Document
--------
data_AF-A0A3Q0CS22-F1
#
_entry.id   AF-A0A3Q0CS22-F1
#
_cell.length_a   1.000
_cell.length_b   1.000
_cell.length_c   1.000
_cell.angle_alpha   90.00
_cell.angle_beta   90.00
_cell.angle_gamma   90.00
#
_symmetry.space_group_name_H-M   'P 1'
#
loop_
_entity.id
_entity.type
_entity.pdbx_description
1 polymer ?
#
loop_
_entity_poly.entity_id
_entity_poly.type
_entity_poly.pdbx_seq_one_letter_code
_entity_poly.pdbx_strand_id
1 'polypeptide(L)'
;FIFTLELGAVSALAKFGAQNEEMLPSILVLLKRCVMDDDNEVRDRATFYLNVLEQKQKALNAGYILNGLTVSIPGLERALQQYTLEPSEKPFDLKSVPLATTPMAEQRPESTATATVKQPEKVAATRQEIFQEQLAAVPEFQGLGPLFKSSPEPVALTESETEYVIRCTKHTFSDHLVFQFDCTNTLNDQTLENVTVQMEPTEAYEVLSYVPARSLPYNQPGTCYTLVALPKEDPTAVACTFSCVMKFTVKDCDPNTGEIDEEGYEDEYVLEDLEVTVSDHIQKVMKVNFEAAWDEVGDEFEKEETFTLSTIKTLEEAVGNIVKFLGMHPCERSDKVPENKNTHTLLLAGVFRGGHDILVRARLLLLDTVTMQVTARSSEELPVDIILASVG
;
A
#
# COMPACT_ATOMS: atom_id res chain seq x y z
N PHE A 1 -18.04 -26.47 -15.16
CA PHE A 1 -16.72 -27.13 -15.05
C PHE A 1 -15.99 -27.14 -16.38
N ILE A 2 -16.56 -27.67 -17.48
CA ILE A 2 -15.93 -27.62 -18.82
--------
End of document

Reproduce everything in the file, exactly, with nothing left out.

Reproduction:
data_AF-A0A3Q0CS22-F1
#
_entry.id   AF-A0A3Q0CS22-F1
#
_cell.length_a   1.000
_cell.length_b   1.000
_cell.length_c   1.000
_cell.angle_alpha   90.00
_cell.angle_beta   90.00
_cell.angle_gamma   90.00
#
_symmetry.space_group_name_H-M   'P 1'
#
loop_
_entity.id
_entity.type
_entity.pdbx_description
1 polymer ?
#
loop_
_entity_poly.entity_id
_entity_poly.type
_entity_poly.pdbx_seq_one_letter_code
_entity_poly.pdbx_strand_id
1 'polypeptide(L)'
;FIFTLELGAVSALAKFGAQNEEMLPSILVLLKRCVMDDDNEVRDRATFYLNVLEQKQKALNAGYILNGLTVSIPGLERALQQYTLEPSEKPFDLKSVPLATTPMAEQRPESTATATVKQPEKVAATRQEIFQEQLAAVPEFQGLGPLFKSSPEPVALTESETEYVIRCTKHTFSDHLVFQFDCTNTLNDQTLENVTVQMEPTEAYEVLSYVPARSLPYNQPGTCYTLVALPKEDPTAVACTFSCVMKFTVKDCDPNTGEIDEEGYEDEYVLEDLEVTVSDHIQKVMKVNFEAAWDEVGDEFEKEETFTLSTIKTLEEAVGNIVKFLGMHPCERSDKVPENKNTHTLLLAGVFRGGHDILVRARLLLLDTVTMQVTARSSEELPVDIILASVG
;
A
#
# COMPACT_ATOMS: atom_id res chain seq x y z
N PHE A 1 -18.04 -26.47 -15.16
CA PHE A 1 -16.72 -27.13 -15.05
C PHE A 1 -15.99 -27.14 -16.38
N ILE A 2 -16.56 -27.67 -17.48
CA ILE A 2 -15.93 -27.62 -18.82